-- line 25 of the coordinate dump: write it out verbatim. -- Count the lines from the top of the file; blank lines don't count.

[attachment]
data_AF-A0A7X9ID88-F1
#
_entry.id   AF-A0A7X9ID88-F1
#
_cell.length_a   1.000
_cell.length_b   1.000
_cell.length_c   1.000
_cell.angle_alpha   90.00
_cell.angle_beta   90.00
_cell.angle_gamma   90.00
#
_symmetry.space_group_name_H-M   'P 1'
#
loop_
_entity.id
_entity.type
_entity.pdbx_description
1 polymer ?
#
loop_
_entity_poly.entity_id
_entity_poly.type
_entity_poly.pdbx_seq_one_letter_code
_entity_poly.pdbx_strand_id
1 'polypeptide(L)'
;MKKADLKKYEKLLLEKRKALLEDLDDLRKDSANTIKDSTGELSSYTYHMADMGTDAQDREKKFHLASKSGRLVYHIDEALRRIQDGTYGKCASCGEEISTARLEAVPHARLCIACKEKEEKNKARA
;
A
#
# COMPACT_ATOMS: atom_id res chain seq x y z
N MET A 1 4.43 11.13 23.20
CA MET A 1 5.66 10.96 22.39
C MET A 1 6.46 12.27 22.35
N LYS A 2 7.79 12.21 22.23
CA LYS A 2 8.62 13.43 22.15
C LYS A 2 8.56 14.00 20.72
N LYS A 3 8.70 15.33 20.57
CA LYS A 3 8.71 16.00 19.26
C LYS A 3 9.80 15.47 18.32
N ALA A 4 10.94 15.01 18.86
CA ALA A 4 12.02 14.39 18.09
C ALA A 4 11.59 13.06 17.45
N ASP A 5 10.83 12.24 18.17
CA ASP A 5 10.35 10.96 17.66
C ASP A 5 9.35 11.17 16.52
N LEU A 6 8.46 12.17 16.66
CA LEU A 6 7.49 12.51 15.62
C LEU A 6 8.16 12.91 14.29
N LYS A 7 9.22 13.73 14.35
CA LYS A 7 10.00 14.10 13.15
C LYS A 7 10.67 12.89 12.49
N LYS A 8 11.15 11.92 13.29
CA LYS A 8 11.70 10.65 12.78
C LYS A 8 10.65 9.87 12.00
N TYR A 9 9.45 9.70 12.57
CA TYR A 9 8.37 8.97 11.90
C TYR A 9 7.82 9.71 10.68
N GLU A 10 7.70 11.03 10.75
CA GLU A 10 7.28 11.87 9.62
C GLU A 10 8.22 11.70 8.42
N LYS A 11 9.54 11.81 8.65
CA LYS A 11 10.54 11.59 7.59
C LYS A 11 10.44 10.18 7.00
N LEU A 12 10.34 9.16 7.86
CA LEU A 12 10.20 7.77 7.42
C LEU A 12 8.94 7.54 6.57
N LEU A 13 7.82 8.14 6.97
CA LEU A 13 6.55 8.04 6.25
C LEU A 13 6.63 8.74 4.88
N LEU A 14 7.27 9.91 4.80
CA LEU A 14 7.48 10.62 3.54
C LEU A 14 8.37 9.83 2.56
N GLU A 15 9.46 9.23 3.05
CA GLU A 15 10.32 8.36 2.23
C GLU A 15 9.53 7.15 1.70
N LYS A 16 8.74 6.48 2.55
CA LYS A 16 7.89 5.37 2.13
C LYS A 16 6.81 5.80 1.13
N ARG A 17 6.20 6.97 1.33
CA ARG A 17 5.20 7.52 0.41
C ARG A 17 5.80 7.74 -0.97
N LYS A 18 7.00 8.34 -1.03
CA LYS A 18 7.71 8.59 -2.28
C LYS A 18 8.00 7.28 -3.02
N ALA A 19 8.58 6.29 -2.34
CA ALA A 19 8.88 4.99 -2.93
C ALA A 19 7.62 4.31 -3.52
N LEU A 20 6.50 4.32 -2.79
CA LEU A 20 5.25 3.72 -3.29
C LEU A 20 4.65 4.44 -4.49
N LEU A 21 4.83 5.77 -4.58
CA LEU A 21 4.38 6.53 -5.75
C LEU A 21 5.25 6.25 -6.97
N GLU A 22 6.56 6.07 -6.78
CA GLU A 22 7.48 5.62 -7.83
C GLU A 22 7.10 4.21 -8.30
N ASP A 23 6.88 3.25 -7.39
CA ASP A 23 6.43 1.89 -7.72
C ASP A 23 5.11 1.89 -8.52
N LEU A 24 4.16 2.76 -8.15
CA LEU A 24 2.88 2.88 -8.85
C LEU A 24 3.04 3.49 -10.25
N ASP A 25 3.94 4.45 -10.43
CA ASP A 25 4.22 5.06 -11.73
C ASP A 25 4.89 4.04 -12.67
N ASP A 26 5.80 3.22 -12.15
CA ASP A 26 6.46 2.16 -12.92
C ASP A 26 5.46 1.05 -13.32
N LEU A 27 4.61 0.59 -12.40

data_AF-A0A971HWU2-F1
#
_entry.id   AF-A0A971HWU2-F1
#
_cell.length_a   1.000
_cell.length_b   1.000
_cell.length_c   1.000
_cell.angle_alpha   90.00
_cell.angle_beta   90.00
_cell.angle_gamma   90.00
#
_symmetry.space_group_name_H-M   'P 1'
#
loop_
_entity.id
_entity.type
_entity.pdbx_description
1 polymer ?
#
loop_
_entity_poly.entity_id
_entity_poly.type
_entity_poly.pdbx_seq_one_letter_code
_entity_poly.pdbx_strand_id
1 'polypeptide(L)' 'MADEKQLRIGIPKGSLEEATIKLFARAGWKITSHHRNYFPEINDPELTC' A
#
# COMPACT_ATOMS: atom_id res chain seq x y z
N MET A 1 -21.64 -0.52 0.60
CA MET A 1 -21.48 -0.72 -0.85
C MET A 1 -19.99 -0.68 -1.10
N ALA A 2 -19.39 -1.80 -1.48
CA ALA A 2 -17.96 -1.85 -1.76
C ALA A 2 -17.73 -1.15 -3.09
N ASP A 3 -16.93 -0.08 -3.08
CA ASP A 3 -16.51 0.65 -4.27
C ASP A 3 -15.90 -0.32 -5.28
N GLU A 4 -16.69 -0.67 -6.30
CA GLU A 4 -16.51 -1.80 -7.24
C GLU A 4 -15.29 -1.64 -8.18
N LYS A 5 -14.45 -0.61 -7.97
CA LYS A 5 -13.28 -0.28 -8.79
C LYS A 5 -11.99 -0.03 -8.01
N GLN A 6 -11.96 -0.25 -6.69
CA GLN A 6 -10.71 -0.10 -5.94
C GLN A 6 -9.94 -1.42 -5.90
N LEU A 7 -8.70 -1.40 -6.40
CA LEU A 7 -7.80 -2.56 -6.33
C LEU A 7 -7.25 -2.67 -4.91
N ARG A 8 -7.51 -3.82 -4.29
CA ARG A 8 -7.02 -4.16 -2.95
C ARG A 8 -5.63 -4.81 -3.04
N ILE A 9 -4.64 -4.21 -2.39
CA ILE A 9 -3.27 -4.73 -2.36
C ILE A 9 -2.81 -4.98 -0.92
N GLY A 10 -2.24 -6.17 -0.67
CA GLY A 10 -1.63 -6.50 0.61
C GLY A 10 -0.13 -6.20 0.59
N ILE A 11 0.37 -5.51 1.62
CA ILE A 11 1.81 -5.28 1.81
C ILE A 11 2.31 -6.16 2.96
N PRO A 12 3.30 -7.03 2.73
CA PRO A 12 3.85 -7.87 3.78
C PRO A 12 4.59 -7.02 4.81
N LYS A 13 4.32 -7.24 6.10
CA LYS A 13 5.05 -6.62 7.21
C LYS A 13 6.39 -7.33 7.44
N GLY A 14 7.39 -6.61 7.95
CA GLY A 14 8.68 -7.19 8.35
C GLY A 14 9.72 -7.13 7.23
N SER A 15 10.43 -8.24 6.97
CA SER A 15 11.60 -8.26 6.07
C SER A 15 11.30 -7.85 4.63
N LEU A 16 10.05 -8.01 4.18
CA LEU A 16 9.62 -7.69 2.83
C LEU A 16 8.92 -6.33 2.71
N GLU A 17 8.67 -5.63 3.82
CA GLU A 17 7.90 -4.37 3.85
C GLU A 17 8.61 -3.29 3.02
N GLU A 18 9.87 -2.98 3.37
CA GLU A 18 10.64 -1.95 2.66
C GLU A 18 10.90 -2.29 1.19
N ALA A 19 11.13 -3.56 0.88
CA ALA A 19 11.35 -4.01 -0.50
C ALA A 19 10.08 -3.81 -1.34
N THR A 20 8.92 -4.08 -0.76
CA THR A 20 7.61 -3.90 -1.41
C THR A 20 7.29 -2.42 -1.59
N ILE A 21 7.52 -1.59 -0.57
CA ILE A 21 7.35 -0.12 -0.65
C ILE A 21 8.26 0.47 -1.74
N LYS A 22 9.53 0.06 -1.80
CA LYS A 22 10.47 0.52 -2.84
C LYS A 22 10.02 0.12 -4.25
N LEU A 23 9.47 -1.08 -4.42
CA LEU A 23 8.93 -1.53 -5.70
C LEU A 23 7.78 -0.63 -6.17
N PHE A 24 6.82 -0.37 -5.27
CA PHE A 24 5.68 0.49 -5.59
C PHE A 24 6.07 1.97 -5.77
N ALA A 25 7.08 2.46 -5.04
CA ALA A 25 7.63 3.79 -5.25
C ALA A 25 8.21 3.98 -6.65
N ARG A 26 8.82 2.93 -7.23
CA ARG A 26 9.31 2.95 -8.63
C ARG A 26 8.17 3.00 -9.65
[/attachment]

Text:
1 'polypeptide(L)'